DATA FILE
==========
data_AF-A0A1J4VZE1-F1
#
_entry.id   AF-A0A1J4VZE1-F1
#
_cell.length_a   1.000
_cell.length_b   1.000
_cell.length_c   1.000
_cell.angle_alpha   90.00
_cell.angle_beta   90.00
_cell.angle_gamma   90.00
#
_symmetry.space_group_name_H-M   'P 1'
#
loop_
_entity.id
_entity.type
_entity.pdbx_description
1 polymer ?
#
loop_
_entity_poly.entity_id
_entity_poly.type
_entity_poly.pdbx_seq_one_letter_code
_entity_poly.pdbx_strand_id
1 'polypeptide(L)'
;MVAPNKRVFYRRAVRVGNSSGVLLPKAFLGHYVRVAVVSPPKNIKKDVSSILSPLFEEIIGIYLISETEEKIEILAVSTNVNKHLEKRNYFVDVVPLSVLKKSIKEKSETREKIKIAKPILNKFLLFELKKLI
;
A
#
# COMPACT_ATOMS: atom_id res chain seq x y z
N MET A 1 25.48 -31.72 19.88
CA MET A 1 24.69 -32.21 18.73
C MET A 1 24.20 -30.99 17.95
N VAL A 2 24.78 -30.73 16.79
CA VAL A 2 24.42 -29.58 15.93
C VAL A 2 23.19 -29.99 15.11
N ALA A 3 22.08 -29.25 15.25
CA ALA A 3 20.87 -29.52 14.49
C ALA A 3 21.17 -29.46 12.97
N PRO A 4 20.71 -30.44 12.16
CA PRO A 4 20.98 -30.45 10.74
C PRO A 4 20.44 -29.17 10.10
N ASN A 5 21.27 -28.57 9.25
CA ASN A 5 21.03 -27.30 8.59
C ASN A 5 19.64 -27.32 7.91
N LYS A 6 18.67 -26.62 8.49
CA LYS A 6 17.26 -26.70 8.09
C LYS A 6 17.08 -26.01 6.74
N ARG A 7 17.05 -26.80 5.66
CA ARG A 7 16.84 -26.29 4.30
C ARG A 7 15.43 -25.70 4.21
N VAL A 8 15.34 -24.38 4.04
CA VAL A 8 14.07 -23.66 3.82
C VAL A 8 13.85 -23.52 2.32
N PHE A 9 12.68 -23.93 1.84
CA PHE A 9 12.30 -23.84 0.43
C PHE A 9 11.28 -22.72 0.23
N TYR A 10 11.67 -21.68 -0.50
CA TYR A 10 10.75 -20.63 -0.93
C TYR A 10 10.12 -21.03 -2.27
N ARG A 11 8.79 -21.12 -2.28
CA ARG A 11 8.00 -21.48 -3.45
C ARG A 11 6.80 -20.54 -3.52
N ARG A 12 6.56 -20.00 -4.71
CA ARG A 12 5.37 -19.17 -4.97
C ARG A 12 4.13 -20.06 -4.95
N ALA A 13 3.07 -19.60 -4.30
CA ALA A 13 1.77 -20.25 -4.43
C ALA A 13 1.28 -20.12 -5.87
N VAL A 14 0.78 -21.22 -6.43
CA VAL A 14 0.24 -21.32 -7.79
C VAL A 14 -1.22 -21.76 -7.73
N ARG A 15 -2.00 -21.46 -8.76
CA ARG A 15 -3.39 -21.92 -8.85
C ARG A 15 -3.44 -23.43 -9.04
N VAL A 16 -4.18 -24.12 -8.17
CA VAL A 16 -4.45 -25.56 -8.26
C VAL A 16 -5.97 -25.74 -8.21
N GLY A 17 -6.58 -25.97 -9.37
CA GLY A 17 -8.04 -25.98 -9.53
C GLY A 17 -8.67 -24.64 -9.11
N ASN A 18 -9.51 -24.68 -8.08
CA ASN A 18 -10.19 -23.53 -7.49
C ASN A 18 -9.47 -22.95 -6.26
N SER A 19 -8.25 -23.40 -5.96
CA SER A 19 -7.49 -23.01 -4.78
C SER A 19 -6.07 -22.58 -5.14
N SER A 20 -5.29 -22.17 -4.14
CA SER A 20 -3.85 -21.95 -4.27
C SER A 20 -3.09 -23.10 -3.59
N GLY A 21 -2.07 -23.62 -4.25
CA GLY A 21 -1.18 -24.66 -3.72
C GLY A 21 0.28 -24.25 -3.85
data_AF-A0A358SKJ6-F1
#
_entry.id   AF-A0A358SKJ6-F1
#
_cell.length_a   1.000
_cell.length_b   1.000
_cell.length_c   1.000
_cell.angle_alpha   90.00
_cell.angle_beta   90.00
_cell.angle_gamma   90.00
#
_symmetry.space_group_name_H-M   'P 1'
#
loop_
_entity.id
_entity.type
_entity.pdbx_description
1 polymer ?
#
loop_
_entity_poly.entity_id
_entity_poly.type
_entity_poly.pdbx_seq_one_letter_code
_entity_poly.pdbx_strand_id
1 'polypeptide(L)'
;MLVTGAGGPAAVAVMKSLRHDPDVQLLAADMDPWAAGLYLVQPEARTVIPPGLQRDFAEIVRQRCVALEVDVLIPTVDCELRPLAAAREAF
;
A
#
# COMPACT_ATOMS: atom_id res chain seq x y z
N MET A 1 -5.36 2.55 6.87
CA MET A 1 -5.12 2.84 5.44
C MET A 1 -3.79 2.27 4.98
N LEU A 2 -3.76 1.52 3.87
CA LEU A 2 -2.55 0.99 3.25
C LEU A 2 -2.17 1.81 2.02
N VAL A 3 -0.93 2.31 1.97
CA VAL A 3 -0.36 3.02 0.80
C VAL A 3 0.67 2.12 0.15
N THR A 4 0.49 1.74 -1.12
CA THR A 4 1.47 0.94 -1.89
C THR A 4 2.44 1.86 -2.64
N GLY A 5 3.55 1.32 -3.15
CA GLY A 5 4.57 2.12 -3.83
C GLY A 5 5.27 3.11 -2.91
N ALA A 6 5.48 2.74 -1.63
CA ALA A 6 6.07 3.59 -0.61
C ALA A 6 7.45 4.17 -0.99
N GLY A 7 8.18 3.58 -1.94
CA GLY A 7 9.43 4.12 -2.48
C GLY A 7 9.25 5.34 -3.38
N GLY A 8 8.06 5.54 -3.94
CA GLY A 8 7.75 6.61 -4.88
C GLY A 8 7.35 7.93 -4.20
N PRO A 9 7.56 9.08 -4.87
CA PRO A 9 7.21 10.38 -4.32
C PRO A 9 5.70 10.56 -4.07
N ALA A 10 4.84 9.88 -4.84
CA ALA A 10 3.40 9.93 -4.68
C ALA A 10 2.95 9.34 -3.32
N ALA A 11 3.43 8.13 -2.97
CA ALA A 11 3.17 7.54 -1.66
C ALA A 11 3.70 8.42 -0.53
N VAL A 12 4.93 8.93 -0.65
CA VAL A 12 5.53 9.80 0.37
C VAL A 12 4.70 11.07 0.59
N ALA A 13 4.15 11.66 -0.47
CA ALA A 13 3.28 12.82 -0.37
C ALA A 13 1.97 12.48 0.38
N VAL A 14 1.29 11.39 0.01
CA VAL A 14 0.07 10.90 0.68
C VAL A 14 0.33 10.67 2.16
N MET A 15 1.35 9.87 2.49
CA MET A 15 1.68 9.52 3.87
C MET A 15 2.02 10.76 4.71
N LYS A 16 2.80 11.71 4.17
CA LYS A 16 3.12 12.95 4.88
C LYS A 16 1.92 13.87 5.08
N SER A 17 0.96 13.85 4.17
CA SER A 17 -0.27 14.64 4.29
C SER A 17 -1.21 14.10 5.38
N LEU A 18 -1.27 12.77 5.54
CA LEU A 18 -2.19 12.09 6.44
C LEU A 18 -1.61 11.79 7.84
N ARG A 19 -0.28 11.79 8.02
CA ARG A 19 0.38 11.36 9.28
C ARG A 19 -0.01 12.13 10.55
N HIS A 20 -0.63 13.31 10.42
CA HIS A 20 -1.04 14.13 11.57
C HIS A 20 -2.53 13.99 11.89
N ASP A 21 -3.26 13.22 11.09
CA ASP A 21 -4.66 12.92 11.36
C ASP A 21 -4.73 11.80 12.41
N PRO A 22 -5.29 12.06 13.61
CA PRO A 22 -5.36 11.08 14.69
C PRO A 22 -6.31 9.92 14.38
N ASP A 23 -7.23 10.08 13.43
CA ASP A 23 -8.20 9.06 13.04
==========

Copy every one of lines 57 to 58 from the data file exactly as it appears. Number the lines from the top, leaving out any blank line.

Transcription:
C PHE A 9 11.28 -22.72 0.23
N TYR A 10 11.67 -21.68 -0.50